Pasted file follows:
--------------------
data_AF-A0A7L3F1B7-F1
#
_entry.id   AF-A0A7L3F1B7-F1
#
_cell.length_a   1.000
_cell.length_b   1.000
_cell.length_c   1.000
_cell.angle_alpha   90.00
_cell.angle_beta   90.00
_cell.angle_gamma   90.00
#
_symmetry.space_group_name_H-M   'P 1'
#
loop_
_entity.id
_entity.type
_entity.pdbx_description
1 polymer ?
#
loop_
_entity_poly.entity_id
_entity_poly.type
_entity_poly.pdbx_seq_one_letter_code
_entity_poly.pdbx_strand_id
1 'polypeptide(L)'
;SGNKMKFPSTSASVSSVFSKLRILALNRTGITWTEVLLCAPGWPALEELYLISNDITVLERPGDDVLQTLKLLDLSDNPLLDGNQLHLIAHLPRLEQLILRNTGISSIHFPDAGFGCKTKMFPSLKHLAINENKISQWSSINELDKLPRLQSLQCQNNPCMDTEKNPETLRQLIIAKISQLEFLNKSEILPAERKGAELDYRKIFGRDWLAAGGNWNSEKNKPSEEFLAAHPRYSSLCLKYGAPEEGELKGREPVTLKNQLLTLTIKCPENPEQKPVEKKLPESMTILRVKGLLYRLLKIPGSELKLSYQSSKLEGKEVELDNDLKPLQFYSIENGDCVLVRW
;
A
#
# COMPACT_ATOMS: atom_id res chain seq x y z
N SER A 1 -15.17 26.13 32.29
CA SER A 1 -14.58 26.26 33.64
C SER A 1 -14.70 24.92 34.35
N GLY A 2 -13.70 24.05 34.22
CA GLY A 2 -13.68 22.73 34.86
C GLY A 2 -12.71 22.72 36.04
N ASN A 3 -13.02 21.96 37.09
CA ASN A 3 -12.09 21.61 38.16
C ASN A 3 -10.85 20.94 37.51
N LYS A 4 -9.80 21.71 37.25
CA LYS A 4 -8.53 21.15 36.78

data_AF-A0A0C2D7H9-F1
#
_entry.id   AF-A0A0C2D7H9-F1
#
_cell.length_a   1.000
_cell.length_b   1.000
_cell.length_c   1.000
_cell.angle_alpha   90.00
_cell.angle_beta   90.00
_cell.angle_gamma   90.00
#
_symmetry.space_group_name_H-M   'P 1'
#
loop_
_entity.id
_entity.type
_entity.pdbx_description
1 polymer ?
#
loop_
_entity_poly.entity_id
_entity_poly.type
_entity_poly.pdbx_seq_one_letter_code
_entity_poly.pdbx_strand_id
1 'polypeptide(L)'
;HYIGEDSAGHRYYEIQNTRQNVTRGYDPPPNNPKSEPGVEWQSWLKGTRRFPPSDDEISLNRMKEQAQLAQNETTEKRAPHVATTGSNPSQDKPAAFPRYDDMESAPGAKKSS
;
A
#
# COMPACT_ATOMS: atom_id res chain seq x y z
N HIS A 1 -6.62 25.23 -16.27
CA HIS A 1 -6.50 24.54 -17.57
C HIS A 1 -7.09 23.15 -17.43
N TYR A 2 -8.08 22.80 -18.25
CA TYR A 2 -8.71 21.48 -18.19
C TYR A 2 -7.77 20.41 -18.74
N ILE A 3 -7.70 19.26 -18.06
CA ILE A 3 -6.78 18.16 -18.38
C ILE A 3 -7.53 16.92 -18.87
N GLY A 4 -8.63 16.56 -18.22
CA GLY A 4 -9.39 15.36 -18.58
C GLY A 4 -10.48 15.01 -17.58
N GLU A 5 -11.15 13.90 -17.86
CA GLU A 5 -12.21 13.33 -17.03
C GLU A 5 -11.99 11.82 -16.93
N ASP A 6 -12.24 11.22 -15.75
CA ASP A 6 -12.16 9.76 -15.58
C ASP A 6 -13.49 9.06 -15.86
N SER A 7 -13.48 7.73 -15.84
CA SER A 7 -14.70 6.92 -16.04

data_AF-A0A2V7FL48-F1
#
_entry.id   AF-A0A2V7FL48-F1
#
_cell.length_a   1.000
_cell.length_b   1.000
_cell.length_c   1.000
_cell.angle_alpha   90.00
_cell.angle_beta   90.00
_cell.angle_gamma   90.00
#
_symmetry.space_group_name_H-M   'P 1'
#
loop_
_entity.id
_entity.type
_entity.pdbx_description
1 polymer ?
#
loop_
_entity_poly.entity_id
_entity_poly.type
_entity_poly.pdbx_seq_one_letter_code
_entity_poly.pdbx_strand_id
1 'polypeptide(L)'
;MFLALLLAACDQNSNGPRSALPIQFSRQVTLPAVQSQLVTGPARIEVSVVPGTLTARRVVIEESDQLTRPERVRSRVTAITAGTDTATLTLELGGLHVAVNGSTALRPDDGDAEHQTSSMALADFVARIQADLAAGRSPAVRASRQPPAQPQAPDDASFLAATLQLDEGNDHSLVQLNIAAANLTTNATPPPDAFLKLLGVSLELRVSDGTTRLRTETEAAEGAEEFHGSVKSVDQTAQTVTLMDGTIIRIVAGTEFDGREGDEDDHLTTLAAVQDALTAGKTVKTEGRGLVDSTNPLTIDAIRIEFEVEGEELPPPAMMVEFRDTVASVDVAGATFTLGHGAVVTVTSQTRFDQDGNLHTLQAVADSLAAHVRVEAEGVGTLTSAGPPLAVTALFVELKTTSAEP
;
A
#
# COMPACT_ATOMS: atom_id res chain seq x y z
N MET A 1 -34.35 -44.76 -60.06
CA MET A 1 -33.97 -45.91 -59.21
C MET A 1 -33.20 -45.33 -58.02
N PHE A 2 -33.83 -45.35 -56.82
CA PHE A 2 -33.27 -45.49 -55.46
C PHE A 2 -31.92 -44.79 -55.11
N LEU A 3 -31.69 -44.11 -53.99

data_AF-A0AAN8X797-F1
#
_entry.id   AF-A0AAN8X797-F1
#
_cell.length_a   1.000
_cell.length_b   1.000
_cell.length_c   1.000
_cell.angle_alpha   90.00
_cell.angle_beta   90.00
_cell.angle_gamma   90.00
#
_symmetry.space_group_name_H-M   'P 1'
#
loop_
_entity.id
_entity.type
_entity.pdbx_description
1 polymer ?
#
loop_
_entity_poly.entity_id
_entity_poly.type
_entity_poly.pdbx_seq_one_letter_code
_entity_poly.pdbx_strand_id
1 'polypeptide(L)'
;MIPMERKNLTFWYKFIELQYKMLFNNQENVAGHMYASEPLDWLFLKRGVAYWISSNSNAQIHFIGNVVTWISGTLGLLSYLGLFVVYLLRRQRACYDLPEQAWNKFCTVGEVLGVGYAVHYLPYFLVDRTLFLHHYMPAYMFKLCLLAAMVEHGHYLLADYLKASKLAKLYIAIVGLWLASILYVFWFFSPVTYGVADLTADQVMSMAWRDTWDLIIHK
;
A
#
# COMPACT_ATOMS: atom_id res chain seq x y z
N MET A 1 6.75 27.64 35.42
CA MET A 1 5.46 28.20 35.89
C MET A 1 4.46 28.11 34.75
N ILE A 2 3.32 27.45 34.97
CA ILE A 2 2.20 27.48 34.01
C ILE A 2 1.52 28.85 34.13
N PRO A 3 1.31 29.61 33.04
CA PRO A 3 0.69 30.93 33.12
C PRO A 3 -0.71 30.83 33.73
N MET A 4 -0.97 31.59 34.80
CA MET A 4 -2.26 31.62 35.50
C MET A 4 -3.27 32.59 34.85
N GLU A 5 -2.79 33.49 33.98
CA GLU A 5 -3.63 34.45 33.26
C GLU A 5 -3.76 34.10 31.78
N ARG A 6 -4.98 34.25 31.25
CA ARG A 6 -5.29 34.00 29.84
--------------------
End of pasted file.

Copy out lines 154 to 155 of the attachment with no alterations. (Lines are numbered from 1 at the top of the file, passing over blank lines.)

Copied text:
;MIPMERKNLTFWYKFIELQYKMLFNNQENVAGHMYASEPLDWLFLKRGVAYWISSNSNAQIHFIGNVVTWISGTLGLLSYLGLFVVYLLRRQRACYDLPEQAWNKFCTVGEVLGVGYAVHYLPYFLVDRTLFLHHYMPAYMFKLCLLAAMVEHGHYLLADYLKASKLAKLYIAIVGLWLASILYVFWFFSPVTYGVADLTADQVMSMAWRDTWDLIIHK
;